Scottish teachers are becoming increasingly discontented with the sizes of their classes. They are even considering going on strike.
The government has stipulated that classes in primary education should not have more than eighteen children. However, in practice this aim is only reached in half of the councils in Scotland. Most councils claim that they do not have the financial means needed to cut down class sizes. Ronnie Smith, general secretary of Scotland’s largest teachers’ union – the Educational Institute of Scotland – is of the opinion that the Scottish government should take its responsibility, and that members of Scottish parliament should make sure that the promises they made about this subject are kept.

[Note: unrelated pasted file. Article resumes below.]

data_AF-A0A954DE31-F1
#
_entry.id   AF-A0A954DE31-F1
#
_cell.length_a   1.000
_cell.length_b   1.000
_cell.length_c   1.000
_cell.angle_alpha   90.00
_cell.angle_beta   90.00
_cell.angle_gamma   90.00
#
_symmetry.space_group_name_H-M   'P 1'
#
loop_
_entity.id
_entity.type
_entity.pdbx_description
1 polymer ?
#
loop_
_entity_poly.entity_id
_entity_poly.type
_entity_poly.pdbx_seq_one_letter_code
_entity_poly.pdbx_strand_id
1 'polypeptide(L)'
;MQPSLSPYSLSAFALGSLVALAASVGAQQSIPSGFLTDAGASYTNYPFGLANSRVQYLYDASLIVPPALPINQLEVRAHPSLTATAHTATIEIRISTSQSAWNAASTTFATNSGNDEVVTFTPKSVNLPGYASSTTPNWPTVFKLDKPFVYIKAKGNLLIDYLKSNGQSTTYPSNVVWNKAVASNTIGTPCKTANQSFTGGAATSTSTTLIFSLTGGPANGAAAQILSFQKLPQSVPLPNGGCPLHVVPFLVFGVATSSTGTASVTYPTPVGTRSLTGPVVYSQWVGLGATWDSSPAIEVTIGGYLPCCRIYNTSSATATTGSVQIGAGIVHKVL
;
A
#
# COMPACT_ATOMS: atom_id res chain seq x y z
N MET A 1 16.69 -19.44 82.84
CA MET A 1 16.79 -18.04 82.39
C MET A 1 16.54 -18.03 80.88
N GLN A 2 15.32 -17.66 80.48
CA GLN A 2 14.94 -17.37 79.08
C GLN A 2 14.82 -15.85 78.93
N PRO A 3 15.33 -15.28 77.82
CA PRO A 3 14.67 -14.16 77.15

It seems to me that this problem has a political nature, based on how the Scottish authority is structured. First, there is the Scottish government that is also linked to the government of Great Britain as whole. Then there are the local councils, or local authorities. They enforce the government’s acts in their respective territories.
In this case, the local councils have not obeyed the laws that were fixed by the government. I am not sure if the Scottish government has the power to take measures against this kind of behaviour, but I do agree with Mr. Smith that if MSPs promised to reduce class sizes, than the local governments should be forced to make sure that this really happens.